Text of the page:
Moore starts his route by attacking the middle of the field, but he sells his route to stem it inside. He high points the ball, but Moore also keeps his balance to run to the end zone.
Moore squares up the defensive back, which allows him to work inside or outside. He cuts after a quick hesitation. The throw doesn’t allow Moore to smoothly gain yards after catch. As a result, Moore displays his excellent ability with the ball in his hands to find the end zone.
Moore also displays his versatility by receiving hand offs from the backfield. He played running back in high school, but his vision stands out. This will translate on bubble screens, drags, and reverses once he gets the ball in his hands.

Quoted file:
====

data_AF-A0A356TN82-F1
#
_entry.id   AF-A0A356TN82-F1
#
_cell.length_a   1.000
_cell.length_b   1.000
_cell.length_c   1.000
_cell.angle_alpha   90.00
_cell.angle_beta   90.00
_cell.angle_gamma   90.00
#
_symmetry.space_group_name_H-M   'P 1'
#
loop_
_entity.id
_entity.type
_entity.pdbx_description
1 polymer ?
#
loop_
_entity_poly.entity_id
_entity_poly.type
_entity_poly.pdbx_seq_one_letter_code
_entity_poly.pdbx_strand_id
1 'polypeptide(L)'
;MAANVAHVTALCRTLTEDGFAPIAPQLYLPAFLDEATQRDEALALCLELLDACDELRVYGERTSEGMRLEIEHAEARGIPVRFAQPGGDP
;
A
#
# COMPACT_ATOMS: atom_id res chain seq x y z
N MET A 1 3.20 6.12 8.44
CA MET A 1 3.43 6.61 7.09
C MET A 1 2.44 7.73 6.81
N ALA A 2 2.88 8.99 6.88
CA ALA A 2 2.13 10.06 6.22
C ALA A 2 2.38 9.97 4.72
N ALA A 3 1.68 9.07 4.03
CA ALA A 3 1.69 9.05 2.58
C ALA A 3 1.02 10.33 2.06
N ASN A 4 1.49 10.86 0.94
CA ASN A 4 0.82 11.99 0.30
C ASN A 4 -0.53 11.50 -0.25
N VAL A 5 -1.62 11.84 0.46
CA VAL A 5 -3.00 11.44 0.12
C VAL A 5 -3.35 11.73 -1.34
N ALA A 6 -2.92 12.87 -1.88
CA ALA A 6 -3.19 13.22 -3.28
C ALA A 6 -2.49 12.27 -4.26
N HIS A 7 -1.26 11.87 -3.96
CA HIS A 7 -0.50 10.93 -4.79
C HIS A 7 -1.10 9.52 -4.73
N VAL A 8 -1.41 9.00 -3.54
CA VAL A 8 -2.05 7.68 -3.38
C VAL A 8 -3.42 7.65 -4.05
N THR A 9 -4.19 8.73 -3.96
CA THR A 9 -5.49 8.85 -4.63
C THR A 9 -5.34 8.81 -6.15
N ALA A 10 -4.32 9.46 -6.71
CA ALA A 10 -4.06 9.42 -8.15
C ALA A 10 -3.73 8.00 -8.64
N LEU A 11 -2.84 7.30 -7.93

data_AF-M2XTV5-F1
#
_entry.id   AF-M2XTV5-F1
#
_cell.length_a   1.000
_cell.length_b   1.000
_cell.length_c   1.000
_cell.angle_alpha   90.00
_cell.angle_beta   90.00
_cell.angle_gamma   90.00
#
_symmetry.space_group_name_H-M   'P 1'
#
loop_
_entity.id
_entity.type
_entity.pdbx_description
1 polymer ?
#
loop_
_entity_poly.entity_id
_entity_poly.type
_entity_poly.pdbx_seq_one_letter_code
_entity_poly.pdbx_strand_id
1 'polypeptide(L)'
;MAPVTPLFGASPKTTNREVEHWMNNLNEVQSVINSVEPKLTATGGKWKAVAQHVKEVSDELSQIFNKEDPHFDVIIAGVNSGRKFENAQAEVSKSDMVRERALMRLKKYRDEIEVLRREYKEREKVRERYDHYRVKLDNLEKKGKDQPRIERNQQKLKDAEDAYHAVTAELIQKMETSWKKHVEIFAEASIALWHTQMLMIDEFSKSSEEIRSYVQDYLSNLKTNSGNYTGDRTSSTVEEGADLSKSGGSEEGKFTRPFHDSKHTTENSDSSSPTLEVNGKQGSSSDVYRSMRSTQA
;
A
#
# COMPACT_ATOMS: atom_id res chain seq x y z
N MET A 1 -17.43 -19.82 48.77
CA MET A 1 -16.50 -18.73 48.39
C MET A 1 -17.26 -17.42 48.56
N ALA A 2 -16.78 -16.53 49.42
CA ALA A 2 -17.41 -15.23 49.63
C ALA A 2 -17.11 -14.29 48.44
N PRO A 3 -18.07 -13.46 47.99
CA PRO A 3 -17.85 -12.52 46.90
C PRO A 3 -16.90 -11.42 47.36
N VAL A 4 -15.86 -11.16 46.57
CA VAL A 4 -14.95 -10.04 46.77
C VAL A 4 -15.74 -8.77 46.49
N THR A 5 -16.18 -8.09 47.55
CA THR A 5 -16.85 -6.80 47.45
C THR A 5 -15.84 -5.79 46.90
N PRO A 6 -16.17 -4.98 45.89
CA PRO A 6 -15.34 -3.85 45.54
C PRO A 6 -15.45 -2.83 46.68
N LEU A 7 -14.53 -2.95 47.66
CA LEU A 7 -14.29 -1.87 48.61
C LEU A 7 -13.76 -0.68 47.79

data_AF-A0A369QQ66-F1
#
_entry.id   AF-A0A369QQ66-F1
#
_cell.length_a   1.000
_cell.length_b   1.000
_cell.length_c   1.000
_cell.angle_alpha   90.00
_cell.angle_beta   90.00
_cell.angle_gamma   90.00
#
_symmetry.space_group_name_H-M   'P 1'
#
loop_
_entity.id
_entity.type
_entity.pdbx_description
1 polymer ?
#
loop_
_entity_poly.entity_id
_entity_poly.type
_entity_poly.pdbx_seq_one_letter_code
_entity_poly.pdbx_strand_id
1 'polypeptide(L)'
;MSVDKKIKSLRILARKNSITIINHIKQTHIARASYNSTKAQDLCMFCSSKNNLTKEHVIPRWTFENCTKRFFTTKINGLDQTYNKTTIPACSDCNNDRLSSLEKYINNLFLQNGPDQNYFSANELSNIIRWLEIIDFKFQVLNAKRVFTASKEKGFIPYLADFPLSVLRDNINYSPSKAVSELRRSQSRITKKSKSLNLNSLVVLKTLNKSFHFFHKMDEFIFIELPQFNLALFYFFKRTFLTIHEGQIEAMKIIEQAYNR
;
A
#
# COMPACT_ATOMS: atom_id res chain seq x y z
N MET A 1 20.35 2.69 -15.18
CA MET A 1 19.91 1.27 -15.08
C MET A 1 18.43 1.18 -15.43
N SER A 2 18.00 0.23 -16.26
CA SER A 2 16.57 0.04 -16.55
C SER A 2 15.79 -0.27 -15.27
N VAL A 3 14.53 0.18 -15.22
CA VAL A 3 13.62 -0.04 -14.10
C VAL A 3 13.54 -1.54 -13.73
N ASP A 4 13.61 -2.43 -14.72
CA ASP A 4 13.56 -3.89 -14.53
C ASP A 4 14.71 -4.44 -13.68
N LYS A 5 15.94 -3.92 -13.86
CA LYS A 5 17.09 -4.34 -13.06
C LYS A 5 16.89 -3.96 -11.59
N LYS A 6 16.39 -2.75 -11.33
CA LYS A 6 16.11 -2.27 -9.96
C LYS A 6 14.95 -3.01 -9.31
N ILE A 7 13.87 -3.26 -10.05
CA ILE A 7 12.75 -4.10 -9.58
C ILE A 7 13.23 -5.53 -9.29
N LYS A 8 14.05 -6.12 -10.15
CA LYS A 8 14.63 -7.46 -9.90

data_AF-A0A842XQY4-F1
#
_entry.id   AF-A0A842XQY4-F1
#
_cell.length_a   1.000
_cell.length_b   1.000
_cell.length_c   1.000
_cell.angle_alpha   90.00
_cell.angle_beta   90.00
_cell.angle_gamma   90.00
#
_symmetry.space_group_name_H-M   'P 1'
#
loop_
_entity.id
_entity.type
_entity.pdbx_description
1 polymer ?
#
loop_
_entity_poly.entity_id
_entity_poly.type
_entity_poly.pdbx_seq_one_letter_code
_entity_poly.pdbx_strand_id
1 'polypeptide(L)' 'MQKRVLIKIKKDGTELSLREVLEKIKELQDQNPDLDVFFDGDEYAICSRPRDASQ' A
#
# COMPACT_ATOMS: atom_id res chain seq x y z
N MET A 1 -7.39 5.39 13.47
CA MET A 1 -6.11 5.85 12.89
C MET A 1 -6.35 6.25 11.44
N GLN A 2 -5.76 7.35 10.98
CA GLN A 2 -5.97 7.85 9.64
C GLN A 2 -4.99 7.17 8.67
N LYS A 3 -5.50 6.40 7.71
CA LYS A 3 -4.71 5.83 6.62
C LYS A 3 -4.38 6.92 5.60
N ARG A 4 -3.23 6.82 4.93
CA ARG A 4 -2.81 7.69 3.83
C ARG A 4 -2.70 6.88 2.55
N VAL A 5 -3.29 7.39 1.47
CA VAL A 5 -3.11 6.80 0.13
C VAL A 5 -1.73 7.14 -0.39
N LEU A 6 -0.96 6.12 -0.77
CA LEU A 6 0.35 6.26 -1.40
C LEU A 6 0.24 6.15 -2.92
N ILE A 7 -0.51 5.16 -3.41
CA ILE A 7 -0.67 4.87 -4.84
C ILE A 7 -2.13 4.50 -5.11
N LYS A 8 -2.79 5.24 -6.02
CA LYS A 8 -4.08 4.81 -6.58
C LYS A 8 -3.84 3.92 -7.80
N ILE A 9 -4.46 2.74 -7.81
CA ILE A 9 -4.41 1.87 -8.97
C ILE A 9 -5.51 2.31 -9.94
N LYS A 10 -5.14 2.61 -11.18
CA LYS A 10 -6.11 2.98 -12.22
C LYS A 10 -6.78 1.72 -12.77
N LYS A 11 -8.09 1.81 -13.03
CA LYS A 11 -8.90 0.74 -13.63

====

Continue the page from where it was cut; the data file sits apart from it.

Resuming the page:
Moore brings an explosive element to his game too. The double move is one of his signature routes. He sells the route to get the corner to commit underneath, but then he explodes down field.
Moore gets downfield with excellent acceleration and then high points the ball. He has flaws, but when he displays an ability to convert explosive plays that should ease some concerns.
Moore begins his route towards the hash, but catches the corner off balance by cutting back outside. He won’t see many off coverage reps, but he takes advantage of it with his creative route running.
Get the ball in his hands
DJ Moore played running back growing up - he said he didn’t like to get hit - and was a scat back who transitioned to receiver in high school— Jourdan Rodrigue (@JourdanRodrigue) April 27, 2018
Moore is a problem when the ball is in his hands. Due to playing running back in high school, this could be a reason why he’s an issue for defenses when he touches the ball.